Brew reader Michael Losure is a graduate student at the Texas A&M Viz lab who recently finished work on a couple of projects worth a look.
The first is a 3 minute CG short, just finished, named Goobees. It’s a darkly comic film about the inner workings of a vending machine, with a senario that’s a cross between Braveheart and Candyland. Losure and his partners — Seth Freeman, Tony Piedra, Patrick O’Brien — spent 18 months making the CG short inbetween taking classes and dealing with other college obligations.
The second is a stop-motion music video for the band Motion City Soundtrack. A fellow A&M lab student, Lauren Simpson, won an mtvU contest to direct a music video. Losure became the lead animator and editor. The resulting video, It Had To Be You, is a lot of fun – and a pretty good song. Losure adds:
I’m sending the films to you because I’m proud of them as films, not because I think the actual character animation itself necessarily meets Cartoon Brew standards. I have a strong interest in animation, but my schooling and job (I’ll start an FX position at Dreamworks this summer) are more technical. The viz lab specializes in the technical side of computer graphics – and on merging artistic skills with the technical – but there is no specific coursework in animation. I don’t think we’re very well known in the animation industry as a whole (probably because we don’t usually produce animators or shorts), but a lot of our graduates end up in various TD positions at the big animation companies (Seth and Tony are now at Pixar doing rigging and matte painting, and Patrick, Lauren and I are signed with Dreamworks for lighting and FX).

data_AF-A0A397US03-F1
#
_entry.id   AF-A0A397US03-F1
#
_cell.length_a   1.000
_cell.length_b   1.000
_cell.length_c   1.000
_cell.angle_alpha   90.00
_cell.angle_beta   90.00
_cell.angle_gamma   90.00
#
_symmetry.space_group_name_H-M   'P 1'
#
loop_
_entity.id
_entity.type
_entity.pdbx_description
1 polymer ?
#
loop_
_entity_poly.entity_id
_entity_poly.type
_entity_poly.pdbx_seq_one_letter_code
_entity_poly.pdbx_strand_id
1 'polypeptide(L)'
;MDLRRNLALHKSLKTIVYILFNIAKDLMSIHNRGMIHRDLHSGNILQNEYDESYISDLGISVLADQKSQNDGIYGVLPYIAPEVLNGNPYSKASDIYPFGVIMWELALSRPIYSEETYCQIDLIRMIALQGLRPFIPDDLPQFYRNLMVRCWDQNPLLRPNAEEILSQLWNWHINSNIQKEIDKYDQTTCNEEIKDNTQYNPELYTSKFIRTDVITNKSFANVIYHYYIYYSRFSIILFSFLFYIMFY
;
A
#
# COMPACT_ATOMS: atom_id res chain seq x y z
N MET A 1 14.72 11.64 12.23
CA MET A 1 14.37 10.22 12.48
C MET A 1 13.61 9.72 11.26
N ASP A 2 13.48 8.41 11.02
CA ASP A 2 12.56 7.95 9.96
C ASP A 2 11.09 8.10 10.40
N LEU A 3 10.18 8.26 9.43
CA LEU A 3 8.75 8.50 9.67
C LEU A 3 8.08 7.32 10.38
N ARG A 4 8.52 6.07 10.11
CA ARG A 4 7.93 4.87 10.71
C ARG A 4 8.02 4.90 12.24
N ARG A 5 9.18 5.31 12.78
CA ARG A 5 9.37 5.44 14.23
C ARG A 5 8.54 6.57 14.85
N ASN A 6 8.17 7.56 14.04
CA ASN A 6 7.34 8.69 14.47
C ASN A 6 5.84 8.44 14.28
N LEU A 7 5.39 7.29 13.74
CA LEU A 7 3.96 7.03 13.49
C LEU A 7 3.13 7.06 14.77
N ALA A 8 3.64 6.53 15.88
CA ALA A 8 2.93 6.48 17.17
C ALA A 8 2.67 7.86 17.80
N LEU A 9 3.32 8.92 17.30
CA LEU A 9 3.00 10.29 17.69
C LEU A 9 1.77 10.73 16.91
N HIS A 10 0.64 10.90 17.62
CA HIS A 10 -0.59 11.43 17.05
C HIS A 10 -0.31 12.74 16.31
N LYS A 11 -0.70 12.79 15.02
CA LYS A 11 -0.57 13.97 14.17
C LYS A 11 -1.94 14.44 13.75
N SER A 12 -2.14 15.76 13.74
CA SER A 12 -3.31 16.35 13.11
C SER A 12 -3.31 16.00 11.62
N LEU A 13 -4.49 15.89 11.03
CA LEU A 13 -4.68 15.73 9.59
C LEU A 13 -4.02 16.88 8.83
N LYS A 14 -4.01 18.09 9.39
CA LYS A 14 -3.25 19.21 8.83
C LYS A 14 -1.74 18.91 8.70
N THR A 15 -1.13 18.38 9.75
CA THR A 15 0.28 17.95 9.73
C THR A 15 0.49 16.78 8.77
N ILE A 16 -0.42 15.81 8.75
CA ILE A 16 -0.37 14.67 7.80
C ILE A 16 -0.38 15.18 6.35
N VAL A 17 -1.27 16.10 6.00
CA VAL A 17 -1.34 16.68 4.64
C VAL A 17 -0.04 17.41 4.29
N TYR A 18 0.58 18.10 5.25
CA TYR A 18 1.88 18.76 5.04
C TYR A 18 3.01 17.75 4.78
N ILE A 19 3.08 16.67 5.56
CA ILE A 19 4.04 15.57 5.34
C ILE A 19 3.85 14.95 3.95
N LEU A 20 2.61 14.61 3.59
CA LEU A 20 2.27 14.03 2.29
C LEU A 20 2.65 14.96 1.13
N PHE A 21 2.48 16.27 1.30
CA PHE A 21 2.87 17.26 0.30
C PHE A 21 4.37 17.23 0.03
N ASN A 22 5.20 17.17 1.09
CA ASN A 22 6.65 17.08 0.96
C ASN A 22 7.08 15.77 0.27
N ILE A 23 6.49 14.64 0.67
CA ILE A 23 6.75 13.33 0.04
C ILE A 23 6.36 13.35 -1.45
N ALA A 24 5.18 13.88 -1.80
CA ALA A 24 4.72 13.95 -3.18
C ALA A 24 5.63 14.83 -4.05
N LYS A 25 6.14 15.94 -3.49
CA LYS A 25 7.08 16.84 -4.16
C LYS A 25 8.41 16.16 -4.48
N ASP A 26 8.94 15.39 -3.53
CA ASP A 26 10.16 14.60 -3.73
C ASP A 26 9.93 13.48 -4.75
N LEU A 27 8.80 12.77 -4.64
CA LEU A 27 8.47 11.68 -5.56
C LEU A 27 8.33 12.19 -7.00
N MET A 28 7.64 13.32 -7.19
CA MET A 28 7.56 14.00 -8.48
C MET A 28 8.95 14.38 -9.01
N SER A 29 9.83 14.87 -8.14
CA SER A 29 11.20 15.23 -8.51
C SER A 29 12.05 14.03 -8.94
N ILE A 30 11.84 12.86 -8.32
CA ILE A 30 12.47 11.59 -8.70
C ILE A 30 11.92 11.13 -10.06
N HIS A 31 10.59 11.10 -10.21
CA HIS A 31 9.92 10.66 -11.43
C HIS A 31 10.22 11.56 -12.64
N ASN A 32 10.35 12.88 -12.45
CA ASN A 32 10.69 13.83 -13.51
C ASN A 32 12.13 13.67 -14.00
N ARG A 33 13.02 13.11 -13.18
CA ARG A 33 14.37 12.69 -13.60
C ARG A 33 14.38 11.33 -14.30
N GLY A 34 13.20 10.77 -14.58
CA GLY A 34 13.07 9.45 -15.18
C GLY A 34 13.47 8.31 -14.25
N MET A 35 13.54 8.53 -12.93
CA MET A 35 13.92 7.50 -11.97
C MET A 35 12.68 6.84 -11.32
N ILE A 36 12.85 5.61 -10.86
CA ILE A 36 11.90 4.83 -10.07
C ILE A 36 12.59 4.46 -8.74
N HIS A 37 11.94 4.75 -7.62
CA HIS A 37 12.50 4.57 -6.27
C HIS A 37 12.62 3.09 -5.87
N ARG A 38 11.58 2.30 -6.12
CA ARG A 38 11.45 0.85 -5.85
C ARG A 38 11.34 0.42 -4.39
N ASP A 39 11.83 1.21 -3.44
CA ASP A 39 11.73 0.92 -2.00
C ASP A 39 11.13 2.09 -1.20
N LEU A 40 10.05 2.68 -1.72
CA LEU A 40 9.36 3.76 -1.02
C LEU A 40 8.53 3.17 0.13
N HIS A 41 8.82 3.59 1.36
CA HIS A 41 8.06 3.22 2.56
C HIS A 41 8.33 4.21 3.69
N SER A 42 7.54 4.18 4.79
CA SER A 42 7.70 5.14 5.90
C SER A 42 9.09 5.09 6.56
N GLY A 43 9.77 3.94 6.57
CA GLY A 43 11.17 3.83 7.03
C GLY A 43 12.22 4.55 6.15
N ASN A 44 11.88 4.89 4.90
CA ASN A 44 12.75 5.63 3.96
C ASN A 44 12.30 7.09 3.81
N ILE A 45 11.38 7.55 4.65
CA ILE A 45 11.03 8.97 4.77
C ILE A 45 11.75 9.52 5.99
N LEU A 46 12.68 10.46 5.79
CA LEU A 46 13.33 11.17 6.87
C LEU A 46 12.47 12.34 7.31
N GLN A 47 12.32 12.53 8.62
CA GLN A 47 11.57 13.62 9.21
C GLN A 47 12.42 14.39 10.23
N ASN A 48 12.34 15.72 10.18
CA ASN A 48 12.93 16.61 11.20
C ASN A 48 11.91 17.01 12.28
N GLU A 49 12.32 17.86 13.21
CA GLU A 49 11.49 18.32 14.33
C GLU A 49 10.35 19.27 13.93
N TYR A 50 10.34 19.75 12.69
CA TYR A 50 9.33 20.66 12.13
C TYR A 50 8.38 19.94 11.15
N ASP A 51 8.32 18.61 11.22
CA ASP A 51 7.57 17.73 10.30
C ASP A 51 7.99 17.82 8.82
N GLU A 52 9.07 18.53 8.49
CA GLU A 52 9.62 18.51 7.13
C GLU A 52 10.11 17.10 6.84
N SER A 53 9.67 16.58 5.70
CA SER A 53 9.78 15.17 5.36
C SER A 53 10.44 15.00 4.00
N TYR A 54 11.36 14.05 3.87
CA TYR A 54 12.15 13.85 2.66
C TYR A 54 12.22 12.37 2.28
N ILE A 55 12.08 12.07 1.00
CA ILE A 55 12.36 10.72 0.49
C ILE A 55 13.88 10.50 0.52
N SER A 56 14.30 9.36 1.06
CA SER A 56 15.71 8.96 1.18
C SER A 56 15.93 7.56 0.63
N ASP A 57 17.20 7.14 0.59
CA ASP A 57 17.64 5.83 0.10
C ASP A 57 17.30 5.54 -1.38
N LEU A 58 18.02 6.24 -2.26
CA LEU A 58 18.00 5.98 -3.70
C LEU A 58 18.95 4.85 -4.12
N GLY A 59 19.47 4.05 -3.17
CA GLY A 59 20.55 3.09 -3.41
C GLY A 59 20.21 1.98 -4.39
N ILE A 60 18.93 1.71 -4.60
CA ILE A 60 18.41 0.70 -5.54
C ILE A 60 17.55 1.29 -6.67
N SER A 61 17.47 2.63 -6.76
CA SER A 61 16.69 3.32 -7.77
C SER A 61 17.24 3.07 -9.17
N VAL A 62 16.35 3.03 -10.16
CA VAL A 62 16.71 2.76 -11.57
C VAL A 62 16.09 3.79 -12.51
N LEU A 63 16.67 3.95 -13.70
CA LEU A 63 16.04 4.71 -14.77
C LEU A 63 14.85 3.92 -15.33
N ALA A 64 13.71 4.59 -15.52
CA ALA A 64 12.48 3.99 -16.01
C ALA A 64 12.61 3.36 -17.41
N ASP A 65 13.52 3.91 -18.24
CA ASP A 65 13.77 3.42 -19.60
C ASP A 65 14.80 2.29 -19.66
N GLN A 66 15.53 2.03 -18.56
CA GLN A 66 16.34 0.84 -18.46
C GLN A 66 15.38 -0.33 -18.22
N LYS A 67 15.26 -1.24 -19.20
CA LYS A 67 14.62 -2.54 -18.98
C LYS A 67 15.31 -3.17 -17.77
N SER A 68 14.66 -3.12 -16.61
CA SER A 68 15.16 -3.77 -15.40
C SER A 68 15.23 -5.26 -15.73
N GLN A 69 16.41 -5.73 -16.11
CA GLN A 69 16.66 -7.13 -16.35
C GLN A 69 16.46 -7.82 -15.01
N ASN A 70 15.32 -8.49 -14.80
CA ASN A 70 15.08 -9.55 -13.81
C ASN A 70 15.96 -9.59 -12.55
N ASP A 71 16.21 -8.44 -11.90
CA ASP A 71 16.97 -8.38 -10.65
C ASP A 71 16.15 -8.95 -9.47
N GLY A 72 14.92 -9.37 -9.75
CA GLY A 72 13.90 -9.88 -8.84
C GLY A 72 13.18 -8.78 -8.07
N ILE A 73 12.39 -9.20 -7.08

Pretty good for student work at a school that doesn’t teach animation per se. Pixar and Dreamworks are lucky to get you.
Cartoon Dump resumes its monthly Los Angeles performances tonight at the Steve Allen Theatre in Hollywood. Our February show includes our regular cast — including MST3K’s Frank Conniff, me (above left) and “Cue Card Goddess” (above right) — the worst cartoons ever made, and special comedy guest star Morgan Murphy.
It’s a great big load of fun. And don’t take my word for it… read Peter Sanderson’s rave review at Quick Stop Entertainment. Join us tonight at 8pm!
Michael Knapp, who is currently art directing Ice Age 3 at Blue Sky, has redesigned his website MichaelKnapp.com and added a blog as well. The site includes lots of his development and design work from Blue Sky’s earlier films like Ice Age: The Meltdown and Robots, while his blog offers a preview of his new comic that’ll be published in the soon-to-be-released second edition of the comic anthlogy Out of Picture.